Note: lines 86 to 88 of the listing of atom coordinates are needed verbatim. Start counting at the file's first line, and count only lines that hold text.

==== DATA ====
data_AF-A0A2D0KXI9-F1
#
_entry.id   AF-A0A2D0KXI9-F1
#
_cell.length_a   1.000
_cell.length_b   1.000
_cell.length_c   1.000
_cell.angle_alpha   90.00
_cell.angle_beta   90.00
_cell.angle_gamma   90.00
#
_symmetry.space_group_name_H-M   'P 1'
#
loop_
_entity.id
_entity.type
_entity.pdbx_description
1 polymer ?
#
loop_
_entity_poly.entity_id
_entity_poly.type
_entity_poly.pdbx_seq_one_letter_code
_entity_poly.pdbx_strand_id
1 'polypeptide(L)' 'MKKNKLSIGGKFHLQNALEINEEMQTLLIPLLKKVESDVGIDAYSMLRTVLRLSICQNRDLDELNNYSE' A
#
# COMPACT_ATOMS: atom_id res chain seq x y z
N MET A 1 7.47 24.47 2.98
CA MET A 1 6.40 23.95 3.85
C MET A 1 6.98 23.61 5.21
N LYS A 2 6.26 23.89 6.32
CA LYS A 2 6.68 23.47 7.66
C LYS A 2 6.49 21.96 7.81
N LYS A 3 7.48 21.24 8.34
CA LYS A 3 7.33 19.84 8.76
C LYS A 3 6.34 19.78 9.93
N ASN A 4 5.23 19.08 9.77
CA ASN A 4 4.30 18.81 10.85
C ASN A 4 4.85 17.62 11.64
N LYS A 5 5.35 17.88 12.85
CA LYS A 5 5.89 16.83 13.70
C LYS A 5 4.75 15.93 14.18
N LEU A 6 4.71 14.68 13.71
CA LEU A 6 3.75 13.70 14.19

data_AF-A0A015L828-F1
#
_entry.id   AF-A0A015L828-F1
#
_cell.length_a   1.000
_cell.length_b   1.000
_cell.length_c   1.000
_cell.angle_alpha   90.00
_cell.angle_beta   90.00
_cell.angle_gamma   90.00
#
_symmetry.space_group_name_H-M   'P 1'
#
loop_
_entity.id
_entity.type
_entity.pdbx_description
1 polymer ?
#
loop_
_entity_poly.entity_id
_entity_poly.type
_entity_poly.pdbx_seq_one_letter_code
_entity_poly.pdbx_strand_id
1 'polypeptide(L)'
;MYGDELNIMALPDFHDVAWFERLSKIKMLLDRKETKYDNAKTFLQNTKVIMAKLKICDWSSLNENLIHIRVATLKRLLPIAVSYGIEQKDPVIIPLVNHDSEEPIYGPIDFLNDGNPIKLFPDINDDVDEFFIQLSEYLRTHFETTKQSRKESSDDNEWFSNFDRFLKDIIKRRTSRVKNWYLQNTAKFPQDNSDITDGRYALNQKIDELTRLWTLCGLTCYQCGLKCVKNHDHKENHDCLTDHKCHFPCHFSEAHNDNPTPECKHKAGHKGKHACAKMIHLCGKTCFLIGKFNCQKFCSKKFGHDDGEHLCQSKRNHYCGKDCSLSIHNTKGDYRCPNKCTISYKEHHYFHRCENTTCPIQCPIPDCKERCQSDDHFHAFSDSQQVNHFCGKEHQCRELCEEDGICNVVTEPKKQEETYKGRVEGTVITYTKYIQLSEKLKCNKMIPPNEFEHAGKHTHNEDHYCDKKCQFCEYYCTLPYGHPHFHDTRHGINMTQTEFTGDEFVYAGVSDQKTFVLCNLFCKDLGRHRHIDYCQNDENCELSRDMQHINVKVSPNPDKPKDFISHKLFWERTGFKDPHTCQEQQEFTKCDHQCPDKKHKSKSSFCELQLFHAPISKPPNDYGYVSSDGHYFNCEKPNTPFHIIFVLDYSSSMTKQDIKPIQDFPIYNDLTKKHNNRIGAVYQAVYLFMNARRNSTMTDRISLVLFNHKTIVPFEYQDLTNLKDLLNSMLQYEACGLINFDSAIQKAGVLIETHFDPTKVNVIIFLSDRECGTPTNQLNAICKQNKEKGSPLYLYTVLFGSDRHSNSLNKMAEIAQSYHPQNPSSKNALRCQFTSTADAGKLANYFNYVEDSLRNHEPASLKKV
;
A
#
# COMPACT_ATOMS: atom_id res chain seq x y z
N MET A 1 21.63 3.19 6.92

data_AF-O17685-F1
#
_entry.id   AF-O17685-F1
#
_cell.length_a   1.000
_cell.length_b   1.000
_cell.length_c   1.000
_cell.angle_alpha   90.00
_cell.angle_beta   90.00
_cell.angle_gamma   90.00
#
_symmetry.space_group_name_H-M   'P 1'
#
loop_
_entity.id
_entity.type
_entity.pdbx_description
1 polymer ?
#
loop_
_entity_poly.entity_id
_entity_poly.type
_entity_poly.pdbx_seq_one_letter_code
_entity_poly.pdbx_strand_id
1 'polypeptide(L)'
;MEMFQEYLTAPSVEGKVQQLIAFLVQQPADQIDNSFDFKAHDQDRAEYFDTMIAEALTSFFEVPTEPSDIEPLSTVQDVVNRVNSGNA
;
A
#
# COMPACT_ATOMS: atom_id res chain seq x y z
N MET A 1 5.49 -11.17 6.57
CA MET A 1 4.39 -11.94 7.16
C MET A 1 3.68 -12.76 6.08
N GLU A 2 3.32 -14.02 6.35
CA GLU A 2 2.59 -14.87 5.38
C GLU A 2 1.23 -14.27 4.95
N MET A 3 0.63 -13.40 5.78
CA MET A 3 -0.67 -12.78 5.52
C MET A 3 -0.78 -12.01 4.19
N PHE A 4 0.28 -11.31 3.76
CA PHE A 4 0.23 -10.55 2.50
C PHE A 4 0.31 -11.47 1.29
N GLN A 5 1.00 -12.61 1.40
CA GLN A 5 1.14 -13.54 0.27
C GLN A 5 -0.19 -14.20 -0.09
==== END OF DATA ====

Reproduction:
#
_symmetry.space_group_name_H-M   'P 1'
#